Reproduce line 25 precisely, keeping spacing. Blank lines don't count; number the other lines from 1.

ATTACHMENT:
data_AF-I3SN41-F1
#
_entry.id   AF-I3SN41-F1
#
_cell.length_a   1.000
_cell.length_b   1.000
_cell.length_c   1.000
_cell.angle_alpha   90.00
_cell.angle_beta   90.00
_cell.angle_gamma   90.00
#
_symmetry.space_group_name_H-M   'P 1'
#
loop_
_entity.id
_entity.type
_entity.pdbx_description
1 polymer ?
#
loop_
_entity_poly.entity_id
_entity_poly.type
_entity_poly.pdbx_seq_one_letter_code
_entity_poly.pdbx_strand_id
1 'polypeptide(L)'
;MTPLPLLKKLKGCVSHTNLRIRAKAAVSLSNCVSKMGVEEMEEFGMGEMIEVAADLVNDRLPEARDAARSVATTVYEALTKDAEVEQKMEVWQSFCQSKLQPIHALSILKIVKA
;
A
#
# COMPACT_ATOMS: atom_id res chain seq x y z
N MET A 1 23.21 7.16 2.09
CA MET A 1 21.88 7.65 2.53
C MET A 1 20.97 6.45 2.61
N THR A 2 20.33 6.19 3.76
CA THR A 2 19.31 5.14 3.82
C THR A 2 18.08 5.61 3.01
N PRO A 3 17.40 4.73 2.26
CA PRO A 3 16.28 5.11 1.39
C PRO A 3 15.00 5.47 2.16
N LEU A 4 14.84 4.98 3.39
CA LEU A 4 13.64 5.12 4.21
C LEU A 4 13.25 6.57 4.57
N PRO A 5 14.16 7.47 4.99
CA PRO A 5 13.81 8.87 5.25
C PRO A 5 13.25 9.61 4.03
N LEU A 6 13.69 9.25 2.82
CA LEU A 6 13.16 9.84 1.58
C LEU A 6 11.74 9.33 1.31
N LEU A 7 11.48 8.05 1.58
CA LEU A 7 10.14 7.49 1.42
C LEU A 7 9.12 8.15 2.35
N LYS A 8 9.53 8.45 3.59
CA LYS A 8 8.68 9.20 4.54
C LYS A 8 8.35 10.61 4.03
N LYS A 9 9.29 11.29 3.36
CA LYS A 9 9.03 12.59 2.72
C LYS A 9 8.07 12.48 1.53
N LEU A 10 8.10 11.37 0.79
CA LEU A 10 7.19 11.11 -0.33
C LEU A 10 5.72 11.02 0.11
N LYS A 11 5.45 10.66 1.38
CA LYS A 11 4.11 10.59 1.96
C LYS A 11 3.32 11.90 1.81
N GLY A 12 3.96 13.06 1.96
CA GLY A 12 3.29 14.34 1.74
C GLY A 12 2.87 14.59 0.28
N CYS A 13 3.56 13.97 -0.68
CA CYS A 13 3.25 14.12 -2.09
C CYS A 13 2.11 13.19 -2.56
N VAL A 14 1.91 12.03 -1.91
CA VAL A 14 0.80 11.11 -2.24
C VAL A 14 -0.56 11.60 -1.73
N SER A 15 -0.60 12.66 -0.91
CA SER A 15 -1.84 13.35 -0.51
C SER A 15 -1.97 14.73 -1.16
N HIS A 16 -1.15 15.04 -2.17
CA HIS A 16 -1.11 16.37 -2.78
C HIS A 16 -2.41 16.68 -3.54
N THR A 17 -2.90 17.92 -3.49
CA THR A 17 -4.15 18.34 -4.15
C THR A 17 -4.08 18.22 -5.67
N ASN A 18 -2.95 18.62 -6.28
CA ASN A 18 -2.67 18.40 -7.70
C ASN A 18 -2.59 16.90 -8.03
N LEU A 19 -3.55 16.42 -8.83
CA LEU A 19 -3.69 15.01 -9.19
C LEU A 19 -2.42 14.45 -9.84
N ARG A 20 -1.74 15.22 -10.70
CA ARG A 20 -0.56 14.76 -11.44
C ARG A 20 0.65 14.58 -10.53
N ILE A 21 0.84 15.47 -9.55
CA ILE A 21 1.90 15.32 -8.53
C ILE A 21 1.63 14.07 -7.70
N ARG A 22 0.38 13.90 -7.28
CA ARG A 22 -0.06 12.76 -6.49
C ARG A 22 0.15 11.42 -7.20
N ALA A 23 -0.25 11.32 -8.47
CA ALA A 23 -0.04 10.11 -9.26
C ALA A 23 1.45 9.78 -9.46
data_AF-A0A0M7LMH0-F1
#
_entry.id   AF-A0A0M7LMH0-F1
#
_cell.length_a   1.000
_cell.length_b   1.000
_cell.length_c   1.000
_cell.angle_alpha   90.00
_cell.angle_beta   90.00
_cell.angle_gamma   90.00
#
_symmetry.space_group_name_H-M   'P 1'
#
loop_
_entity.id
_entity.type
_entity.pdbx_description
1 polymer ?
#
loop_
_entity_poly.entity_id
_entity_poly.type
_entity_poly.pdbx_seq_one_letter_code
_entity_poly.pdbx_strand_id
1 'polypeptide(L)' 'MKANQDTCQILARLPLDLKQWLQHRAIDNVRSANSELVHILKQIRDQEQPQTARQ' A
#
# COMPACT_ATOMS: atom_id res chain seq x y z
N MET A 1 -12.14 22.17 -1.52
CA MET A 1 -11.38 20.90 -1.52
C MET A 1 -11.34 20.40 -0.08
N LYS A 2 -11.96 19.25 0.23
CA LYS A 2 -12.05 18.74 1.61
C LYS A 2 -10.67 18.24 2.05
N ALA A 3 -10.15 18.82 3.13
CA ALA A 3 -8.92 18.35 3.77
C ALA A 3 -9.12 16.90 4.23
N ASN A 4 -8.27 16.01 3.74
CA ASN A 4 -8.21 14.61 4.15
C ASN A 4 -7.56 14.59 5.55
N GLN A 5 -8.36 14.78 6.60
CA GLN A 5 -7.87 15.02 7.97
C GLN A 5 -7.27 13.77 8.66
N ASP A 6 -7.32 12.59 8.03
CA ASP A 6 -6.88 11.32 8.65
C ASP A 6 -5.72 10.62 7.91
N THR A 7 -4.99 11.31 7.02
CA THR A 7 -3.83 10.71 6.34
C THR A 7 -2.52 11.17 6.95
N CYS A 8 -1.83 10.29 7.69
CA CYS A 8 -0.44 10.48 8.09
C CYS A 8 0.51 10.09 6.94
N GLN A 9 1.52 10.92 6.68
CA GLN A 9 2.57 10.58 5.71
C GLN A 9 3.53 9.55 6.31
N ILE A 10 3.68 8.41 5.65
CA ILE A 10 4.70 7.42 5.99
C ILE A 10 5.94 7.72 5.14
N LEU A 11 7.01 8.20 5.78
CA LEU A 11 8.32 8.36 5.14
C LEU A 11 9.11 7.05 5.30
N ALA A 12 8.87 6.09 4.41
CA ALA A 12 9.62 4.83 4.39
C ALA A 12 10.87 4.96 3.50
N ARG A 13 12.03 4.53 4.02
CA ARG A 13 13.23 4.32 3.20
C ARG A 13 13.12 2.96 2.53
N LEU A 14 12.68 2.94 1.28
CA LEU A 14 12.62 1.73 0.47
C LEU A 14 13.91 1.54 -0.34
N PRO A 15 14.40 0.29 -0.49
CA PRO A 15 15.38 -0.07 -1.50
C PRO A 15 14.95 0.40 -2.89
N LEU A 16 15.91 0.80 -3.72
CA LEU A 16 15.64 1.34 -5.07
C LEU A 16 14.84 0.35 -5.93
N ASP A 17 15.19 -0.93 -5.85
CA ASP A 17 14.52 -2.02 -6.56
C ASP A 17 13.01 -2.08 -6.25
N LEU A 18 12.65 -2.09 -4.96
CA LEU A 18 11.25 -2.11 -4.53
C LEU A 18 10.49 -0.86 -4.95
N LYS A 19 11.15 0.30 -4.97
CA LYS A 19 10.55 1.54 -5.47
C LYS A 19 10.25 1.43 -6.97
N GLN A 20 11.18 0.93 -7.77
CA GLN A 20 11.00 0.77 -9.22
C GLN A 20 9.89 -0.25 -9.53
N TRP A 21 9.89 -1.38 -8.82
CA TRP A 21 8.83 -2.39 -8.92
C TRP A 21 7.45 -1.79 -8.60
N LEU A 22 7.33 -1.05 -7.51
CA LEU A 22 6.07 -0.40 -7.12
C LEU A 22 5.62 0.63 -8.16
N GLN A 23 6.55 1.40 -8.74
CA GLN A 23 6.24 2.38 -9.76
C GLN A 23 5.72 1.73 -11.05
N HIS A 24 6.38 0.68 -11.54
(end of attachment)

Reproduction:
1 'polypeptide(L)'